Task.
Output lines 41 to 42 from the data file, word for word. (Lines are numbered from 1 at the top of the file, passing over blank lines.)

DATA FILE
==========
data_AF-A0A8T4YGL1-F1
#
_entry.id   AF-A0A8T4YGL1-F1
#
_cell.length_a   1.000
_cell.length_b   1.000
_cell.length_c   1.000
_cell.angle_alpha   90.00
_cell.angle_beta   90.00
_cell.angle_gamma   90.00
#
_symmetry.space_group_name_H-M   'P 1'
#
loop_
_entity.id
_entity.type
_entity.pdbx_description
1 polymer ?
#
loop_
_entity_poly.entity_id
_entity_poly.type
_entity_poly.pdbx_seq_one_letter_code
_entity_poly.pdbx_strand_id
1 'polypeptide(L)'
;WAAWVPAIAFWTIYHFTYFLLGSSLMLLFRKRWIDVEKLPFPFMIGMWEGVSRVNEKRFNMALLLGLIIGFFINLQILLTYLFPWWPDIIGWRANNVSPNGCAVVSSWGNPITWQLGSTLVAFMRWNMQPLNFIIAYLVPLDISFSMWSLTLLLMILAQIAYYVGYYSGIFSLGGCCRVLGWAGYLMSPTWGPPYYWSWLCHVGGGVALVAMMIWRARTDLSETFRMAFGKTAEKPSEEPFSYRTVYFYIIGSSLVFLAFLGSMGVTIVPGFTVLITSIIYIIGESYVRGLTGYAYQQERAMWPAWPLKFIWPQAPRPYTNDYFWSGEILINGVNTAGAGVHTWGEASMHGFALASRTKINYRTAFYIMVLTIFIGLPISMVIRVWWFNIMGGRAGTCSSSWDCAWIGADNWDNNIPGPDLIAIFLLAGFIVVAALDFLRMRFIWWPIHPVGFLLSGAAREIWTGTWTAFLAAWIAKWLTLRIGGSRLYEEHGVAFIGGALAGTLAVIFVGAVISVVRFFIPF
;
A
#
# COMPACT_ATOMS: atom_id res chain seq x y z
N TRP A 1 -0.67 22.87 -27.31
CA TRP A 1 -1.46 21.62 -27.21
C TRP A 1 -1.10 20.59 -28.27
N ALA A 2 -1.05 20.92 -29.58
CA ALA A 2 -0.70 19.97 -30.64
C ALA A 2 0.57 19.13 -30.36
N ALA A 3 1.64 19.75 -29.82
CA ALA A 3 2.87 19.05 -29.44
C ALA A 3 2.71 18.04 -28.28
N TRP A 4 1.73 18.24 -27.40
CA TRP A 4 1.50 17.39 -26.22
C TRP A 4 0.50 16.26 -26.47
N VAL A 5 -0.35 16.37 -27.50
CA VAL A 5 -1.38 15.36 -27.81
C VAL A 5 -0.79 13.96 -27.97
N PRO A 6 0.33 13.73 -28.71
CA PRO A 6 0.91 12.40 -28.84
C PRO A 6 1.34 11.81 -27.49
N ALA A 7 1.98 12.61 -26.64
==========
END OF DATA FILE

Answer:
CA TRP A 4 1.50 17.39 -26.22
C TRP A 4 0.50 16.26 -26.47